PhD, Brown University, Providence, United States, 2007
MESc, Yale University, New Haven, United States, 2003
MA, Anthropology, Harvard University, Cambridge, United States, 2001
BA, Environmental Studies and Anthropology/Archaeology, Brown University, Providence, United States, 1999
Trained as an anthropological-archaeologist and an environmental scientist, Professor Ninian Stein's research and teaching spans three areas — environmental policy and communication, landscape change, and environmental justice. Many of her classes and aspects of her research look at environmental policy and communication through the lens of the disciplinary cultures of science and policy. At the heart of Prof. Stein's work is the idea of "landscape literacy" (Spring 2005), that if we can read the past of a place we are better able to plan for its future. Prof. Stein has taught most recently at Smith College, and also at Wheaton College in Norton (MA), the University of Massachusetts Boston, and San Jose State University.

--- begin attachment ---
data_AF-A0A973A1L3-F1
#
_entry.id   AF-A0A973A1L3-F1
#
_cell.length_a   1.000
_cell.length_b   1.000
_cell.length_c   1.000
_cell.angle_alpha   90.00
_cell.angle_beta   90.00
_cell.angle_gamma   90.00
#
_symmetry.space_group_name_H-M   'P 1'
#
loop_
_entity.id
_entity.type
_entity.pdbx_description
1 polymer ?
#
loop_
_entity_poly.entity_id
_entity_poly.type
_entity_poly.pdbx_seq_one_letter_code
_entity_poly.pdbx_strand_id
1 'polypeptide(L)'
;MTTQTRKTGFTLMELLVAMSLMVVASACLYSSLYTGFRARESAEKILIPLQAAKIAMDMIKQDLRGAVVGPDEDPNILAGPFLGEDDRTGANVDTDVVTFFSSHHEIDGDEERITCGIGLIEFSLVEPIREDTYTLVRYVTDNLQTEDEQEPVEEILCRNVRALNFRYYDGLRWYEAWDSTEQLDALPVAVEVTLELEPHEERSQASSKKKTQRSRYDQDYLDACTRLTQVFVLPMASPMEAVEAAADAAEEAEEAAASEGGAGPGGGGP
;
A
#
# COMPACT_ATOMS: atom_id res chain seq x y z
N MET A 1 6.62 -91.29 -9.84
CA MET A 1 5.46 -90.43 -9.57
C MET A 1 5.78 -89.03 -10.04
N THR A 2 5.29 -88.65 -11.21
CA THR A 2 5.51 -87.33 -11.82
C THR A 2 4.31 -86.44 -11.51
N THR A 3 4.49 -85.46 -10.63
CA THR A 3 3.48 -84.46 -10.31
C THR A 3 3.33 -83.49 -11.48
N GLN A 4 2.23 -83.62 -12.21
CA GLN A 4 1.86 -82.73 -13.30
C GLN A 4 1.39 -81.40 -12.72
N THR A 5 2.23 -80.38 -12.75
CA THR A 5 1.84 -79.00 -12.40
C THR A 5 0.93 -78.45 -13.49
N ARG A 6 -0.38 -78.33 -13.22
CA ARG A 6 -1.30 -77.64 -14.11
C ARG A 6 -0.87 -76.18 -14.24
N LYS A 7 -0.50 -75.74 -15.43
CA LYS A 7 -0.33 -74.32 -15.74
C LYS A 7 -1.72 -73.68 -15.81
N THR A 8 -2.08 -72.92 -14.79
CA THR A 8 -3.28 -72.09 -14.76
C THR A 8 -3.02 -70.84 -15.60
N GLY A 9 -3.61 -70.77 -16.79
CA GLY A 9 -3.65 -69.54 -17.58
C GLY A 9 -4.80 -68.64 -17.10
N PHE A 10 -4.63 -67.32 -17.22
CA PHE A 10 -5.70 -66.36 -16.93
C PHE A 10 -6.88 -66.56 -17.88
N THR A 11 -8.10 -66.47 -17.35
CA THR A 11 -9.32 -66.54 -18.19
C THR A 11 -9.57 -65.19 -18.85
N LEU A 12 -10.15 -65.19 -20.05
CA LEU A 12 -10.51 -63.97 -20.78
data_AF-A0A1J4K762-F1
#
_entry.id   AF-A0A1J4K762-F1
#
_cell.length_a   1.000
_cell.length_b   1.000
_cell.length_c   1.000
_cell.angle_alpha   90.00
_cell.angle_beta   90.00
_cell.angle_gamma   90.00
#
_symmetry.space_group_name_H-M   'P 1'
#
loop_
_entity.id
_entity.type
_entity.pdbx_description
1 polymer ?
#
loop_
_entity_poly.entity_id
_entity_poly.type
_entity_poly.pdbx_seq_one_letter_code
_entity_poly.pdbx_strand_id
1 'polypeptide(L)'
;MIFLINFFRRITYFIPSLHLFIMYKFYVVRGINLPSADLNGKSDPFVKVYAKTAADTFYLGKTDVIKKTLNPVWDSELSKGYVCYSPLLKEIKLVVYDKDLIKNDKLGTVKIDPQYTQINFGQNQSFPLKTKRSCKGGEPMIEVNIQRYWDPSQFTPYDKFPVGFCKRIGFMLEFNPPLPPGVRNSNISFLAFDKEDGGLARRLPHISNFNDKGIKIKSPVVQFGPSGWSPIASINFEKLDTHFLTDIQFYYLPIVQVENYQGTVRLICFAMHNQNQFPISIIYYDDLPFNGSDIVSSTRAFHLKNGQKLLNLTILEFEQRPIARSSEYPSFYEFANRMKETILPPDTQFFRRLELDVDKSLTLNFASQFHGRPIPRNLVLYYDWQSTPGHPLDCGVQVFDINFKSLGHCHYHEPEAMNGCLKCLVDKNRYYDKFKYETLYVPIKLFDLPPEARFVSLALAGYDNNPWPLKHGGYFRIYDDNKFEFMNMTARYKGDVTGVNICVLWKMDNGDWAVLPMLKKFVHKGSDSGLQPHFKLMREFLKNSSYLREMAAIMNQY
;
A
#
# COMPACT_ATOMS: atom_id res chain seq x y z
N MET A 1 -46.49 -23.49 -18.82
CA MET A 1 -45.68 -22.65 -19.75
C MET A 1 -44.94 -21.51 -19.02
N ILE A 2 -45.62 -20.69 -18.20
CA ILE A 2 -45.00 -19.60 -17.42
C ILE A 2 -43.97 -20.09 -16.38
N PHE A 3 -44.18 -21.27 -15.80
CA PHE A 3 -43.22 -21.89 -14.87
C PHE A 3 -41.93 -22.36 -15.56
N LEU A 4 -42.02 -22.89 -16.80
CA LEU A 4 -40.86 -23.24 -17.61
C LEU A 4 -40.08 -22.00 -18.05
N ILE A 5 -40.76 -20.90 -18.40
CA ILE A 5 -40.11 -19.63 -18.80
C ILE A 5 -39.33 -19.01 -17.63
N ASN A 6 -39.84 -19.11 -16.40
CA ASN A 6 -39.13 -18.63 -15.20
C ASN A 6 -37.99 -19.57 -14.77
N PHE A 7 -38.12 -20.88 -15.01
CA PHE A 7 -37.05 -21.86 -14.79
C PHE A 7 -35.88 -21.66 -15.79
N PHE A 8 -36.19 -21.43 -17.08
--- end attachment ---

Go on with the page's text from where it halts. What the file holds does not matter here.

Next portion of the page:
Her current research draws on systems thinking, science and design to create new collaborative decision-making frameworks for communities seeking to increase their sustainability and more effectively utilize and preserve local environmental resources. The manuscript in progress for this work is tentatively titled Bioregional Urbanism 1.0. Her team is partnering with Grove Hall Main Streets and other community organizations to field-test the Bioregional Urbanist methodology in the Grove Hall neighborhood in Dorchester and Roxbury, Massachusetts. She is also finishing a manuscript, Not Your Average Run of the Mill: Combining Environmental History and Industrial Archaeology to Shape the Future of Factory Sites. Based on her environmental and anthropological study of a textile mill in Pawtucket, Rhode Island, and its transformation into an artists' community, the manuscript offers techniques for transforming old industrial buildings into vibrant spaces for community building. This manuscript represents a concrete way to link environmental studies with the concerns of local communities.
The daughter of a career counselor, Prof. Stein especially enjoys talking with students about career paths including jobs, internships, and graduate and professional schools. She has advised undergraduate research and theses at several schools. Someday she hopes to teach a course entitled "Food, Clothing, Shelter: Our Stuff and Sustainability."